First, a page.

Ellington's father, Wayne Ellington Sr., 57, was fatally shot in Philadelphia, and his son took an 11-day absence from the team.
Signed by the Lakers shortly before training camp in September, Ellington made the opening-night roster with a non-guaranteed contract.
"The past six months have been a journey for me," Ellington said. "Life has taken me on some crazy paths, some crazy obstacles."
The 6-foot-4 Ellington has been a important rotation player for the Lakers. Before Tuesday's game, he had averaged 6.4 points and 16.7 minutes in 20 games.
Ellington played 25 minutes against the Golden State Warriors and finished with 12 points.
It was Ellington's first start this season. Ellington said that during Tuesday morning's shoot-around, he'd gotten an indication from Coach Byron Scott that he might fill in for Bryant.
"I think [Scott] trusts me, and he understands I'm going to give it my all," Ellington said. "Nobody can replace Kobe. I'm just going to play my game to the best of my ability."
Asked why he tapped Ellington to replace Bryant, Scott replied: "Just that he's a professional and he knows how to play, doesn't make a lot of mistakes out there, he's going to play on both ends, he's going to play hard."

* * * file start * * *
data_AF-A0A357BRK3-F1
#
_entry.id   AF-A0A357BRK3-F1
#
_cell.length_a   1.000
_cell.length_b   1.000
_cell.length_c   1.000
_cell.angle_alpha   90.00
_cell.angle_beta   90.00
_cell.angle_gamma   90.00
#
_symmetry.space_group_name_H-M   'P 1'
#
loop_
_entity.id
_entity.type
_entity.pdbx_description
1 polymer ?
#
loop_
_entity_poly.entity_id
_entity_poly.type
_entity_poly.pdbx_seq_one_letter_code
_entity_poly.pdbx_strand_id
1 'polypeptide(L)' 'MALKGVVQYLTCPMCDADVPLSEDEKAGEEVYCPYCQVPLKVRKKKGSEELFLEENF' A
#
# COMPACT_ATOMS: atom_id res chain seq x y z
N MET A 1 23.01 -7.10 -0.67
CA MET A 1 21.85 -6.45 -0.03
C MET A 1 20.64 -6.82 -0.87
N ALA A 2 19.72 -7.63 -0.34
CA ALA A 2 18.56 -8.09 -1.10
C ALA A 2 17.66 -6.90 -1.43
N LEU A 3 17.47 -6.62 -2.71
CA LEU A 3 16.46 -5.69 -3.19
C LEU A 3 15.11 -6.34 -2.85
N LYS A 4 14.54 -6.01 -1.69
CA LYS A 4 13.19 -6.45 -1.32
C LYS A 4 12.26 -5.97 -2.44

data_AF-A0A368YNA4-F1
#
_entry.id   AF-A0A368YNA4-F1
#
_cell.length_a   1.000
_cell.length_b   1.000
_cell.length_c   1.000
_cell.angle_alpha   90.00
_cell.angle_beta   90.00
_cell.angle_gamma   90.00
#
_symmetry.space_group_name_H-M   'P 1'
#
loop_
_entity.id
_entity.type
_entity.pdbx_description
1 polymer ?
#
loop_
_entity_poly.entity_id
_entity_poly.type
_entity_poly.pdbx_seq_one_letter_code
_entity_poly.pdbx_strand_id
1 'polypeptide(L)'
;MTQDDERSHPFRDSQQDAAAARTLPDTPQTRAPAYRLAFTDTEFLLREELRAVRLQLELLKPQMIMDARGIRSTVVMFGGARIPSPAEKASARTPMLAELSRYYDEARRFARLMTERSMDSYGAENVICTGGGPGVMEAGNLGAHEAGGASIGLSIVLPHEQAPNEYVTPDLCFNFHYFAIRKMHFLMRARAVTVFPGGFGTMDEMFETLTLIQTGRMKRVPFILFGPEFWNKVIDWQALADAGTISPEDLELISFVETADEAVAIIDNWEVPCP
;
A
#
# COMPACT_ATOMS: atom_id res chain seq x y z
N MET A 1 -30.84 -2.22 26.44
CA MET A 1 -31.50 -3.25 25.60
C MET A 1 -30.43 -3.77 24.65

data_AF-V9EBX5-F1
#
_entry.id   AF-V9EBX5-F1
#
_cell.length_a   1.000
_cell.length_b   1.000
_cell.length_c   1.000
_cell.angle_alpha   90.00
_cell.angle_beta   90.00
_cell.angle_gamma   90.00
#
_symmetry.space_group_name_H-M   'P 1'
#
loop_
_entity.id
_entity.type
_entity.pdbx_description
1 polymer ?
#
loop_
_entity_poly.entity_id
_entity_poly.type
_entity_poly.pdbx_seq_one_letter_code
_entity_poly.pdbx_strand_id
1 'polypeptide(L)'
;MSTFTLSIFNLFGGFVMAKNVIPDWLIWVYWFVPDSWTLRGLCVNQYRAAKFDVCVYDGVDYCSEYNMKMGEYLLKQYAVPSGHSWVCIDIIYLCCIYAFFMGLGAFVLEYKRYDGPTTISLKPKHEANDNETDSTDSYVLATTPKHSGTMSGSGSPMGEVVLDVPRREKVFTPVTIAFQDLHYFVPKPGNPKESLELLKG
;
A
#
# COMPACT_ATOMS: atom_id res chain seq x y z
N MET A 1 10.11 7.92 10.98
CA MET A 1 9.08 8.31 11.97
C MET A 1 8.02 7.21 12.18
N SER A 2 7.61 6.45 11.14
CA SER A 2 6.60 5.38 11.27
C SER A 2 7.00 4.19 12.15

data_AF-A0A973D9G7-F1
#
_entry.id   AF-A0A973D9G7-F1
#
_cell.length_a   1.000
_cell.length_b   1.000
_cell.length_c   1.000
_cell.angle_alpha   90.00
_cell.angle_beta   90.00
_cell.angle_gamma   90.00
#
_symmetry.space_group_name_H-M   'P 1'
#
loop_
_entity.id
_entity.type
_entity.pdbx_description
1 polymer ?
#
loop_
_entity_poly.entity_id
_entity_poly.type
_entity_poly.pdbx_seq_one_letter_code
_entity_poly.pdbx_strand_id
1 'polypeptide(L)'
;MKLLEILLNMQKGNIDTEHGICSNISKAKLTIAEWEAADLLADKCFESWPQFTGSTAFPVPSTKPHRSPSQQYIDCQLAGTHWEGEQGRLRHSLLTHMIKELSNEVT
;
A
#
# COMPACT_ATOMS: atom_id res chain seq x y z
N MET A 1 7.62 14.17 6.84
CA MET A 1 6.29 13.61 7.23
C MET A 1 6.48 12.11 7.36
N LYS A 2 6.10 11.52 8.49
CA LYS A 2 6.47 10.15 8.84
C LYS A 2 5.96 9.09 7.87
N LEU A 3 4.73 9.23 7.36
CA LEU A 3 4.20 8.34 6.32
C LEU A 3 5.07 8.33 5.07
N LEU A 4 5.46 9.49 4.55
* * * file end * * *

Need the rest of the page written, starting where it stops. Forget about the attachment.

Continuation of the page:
Scott's comments "mean a lot," Ellington said. "When your head coach has that kind of trust for you, it builds your confidence and makes you play better."
Although Bryant is far and away the Lakers' leading scorer this season, he's far from the most accurate.
That honor would go to forward Ed Davis.
Davis' field-goal percentage before Tuesday's game was 63.2%, with the 25-year-old forward averaging 3.1 field goals and 4.9 attempts per game.
Davis was on the mark again against the Warriors, shooting seven for seven.
Bryant was well down on the team's accuracy list at 37.2%, several points below his 45.2% career average.
But Bryant also was averaging 22.4 field-goal attempts per game, more than double the shooting by his teammate second on the list, Carlos Boozer, who had an average 11.1 attempts before Tuesday.